Despite the introduction of plastic, rattan remains a popular choice for making baskets, floor coverings and storage containers all across Indonesia. Rattan grows easily and quickly, and its flexibility and strength make it an ideal material for weaving. The indigenous Dayak of Kalimantan (Indonesian Borneo) produce an astonishing array of intricately detailed products, all woven by hand. Most villages in Central Kalimantan have their own weaving collectives, usually dominated by women. r
Perhaps one of the world’s most fascinating materials, bamboo is sturdy enough to be used as construction scaffolding. Artisans across Indonesia are now making an array of modern products from this fast-growing plant, from kitchen utensils to watches and bicycles to entire houses. In Ubud, Bali, the material is popular for its environmental friendliness. Visit the Green Village or join an intensive 11-day course at Bamboo U to learn about its many uses in construction.
Today, many Indonesian ceramics are still made by hand, giving a uniqueness to the designs of each piece. Clay has been used in the country since as far back as 400BCE, while porcelain was introduced in the 1700s with the arrival of Chinese migrants. Across Central Java, clay teapots are still used to brew delicious teh poci (jasmine tea with rock sugar). The village of Kasongan, near Yogyakarta, is known for its traditional pottery and statues – locals say they’ve been making pottery in the area since 1675.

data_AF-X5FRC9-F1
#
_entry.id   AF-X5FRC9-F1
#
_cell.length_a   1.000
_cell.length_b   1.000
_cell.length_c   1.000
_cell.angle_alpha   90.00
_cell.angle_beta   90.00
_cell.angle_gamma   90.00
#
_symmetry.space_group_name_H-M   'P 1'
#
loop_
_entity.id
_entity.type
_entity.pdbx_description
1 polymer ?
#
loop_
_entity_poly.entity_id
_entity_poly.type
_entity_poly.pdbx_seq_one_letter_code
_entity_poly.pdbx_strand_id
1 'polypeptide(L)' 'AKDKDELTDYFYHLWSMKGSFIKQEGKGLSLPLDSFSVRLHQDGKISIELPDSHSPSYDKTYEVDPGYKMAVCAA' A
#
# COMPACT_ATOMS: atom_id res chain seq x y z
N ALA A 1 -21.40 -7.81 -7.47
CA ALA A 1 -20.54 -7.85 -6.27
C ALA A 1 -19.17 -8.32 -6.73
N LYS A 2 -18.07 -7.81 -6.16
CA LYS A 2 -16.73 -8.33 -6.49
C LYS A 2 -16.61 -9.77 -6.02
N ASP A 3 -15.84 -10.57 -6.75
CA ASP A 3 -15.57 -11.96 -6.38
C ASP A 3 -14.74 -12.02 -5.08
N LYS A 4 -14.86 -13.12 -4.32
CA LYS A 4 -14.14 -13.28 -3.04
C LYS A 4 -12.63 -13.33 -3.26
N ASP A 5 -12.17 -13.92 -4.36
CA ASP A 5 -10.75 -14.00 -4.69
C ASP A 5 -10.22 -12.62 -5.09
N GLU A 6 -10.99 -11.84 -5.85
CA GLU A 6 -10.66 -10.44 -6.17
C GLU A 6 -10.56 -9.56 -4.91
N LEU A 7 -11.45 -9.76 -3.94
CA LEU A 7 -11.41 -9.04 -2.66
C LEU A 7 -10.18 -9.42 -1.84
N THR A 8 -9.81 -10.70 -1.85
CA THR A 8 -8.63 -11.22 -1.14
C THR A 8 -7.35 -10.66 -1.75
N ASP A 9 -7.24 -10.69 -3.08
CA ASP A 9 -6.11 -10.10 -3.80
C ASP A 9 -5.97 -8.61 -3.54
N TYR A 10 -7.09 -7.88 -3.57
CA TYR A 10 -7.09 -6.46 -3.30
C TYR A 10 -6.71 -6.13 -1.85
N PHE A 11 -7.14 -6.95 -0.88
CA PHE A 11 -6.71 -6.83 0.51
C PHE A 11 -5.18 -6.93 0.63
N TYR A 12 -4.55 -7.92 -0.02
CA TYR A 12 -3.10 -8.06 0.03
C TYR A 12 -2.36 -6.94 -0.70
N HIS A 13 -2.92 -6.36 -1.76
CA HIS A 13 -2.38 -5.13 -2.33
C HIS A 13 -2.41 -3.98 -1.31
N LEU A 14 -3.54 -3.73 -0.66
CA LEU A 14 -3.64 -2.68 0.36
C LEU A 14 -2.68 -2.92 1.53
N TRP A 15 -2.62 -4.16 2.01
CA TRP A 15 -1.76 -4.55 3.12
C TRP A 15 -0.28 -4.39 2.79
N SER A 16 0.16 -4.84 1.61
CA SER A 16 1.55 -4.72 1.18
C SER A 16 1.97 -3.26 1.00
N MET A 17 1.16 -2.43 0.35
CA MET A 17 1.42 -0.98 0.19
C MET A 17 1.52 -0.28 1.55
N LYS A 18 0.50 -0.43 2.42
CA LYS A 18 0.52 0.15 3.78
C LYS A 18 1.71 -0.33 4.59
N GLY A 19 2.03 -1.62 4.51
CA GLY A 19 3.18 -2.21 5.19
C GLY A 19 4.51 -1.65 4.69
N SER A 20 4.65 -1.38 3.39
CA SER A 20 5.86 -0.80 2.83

Traditional ethnic dress across the Indonesian archipelago often integrates this intricate metalwork, particularly with jewellery and hair accessories designed to complement formal outfits. Long multi-layered necklaces of gold, silver or bronze are often embedded with precious stones. Delicate filigree brooches and hair pins are both practical and beautiful. Minang brides from Sumatra take this one step further and wear giant crowns of gold flowers on their wedding day.
5. Wood carving
With a long history in both daily life and ceremonial use, household items such as chairs, tables, doors and windows are elaborately carved with flowers, leaves and animals throughout the Indonesian archipelago, with each island and ethnic group favouring its own distinctive styles and patterns. Particularly impressive carvings can be found in Toraja, South Sulawesi, where they are brightly painted in red, yellow, black and white, adorning houses, rice storage barns and burial sites.
Styling by Veronica Arviana
SEE ALSO: An insider’s guide to Jakarta, Indonesia
This article was originally published in the November 2019 issue of SilverKris magazine.